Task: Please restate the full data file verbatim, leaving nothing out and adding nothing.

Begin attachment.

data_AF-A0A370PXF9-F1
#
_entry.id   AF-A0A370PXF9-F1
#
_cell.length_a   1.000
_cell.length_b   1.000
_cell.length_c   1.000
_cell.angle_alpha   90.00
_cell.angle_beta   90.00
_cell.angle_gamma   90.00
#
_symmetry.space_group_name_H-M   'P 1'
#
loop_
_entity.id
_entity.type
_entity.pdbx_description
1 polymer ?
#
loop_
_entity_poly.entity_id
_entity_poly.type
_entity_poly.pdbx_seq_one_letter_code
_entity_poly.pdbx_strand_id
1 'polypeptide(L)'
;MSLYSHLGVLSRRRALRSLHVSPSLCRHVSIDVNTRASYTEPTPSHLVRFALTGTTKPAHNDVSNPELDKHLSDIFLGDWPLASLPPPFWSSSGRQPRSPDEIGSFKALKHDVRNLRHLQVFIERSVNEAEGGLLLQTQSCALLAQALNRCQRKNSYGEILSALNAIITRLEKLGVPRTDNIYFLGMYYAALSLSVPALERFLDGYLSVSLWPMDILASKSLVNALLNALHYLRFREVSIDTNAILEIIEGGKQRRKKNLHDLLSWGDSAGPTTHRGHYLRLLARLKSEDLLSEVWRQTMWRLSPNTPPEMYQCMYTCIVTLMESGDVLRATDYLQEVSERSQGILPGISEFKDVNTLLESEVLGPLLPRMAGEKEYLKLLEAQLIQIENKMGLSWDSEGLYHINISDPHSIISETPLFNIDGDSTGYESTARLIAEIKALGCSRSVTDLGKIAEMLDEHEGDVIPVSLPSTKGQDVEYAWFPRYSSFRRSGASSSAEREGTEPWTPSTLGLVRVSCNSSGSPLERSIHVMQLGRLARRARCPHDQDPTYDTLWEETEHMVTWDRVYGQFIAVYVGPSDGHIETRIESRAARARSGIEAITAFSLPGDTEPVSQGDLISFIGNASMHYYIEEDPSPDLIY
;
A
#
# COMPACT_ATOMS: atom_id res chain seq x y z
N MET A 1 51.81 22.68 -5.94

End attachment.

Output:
data_AF-A0A370PXF9-F1
#
_entry.id   AF-A0A370PXF9-F1
#
_cell.length_a   1.000
_cell.length_b   1.000
_cell.length_c   1.000
_cell.angle_alpha   90.00
_cell.angle_beta   90.00
_cell.angle_gamma   90.00
#
_symmetry.space_group_name_H-M   'P 1'
#
loop_
_entity.id
_entity.type
_entity.pdbx_description
1 polymer ?
#
loop_
_entity_poly.entity_id
_entity_poly.type
_entity_poly.pdbx_seq_one_letter_code
_entity_poly.pdbx_strand_id
1 'polypeptide(L)'
;MSLYSHLGVLSRRRALRSLHVSPSLCRHVSIDVNTRASYTEPTPSHLVRFALTGTTKPAHNDVSNPELDKHLSDIFLGDWPLASLPPPFWSSSGRQPRSPDEIGSFKALKHDVRNLRHLQVFIERSVNEAEGGLLLQTQSCALLAQALNRCQRKNSYGEILSALNAIITRLEKLGVPRTDNIYFLGMYYAALSLSVPALERFLDGYLSVSLWPMDILASKSLVNALLNALHYLRFREVSIDTNAILEIIEGGKQRRKKNLHDLLSWGDSAGPTTHRGHYLRLLARLKSEDLLSEVWRQTMWRLSPNTPPEMYQCMYTCIVTLMESGDVLRATDYLQEVSERSQGILPGISEFKDVNTLLESEVLGPLLPRMAGEKEYLKLLEAQLIQIENKMGLSWDSEGLYHINISDPHSIISETPLFNIDGDSTGYESTARLIAEIKALGCSRSVTDLGKIAEMLDEHEGDVIPVSLPSTKGQDVEYAWFPRYSSFRRSGASSSAEREGTEPWTPSTLGLVRVSCNSSGSPLERSIHVMQLGRLARRARCPHDQDPTYDTLWEETEHMVTWDRVYGQFIAVYVGPSDGHIETRIESRAARARSGIEAITAFSLPGDTEPVSQGDLISFIGNASMHYYIEEDPSPDLIY
;
A
#
# COMPACT_ATOMS: atom_id res chain seq x y z
N MET A 1 51.81 22.68 -5.94